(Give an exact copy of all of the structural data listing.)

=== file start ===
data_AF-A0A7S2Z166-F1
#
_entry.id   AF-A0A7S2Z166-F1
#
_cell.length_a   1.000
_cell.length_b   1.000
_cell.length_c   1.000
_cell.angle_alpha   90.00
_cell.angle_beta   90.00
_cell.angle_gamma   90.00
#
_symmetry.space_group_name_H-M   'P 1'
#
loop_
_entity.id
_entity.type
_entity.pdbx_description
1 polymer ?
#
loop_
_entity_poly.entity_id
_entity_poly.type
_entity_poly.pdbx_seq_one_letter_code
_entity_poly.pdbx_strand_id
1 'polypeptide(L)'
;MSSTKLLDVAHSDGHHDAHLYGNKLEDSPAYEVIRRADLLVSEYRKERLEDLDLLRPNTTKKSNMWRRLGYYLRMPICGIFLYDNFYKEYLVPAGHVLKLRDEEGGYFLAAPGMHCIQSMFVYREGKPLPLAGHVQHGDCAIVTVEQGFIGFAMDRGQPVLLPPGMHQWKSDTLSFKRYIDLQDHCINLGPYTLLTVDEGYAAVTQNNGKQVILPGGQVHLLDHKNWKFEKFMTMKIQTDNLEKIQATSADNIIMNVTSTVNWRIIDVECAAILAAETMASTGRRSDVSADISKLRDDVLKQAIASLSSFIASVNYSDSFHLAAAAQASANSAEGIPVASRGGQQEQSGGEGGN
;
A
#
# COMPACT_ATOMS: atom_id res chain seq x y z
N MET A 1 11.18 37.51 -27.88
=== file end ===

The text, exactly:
data_AF-A0A7S2Z166-F1
#
_entry.id   AF-A0A7S2Z166-F1
#
_cell.length_a   1.000
_cell.length_b   1.000
_cell.length_c   1.000
_cell.angle_alpha   90.00
_cell.angle_beta   90.00
_cell.angle_gamma   90.00
#
_symmetry.space_group_name_H-M   'P 1'
#
loop_
_entity.id
_entity.type
_entity.pdbx_description
1 polymer ?
#
loop_
_entity_poly.entity_id
_entity_poly.type
_entity_poly.pdbx_seq_one_letter_code
_entity_poly.pdbx_strand_id
1 'polypeptide(L)'
;MSSTKLLDVAHSDGHHDAHLYGNKLEDSPAYEVIRRADLLVSEYRKERLEDLDLLRPNTTKKSNMWRRLGYYLRMPICGIFLYDNFYKEYLVPAGHVLKLRDEEGGYFLAAPGMHCIQSMFVYREGKPLPLAGHVQHGDCAIVTVEQGFIGFAMDRGQPVLLPPGMHQWKSDTLSFKRYIDLQDHCINLGPYTLLTVDEGYAAVTQNNGKQVILPGGQVHLLDHKNWKFEKFMTMKIQTDNLEKIQATSADNIIMNVTSTVNWRIIDVECAAILAAETMASTGRRSDVSADISKLRDDVLKQAIASLSSFIASVNYSDSFHLAAAAQASANSAEGIPVASRGGQQEQSGGEGGN
;
A
#
# COMPACT_ATOMS: atom_id res chain seq x y z
N MET A 1 11.18 37.51 -27.88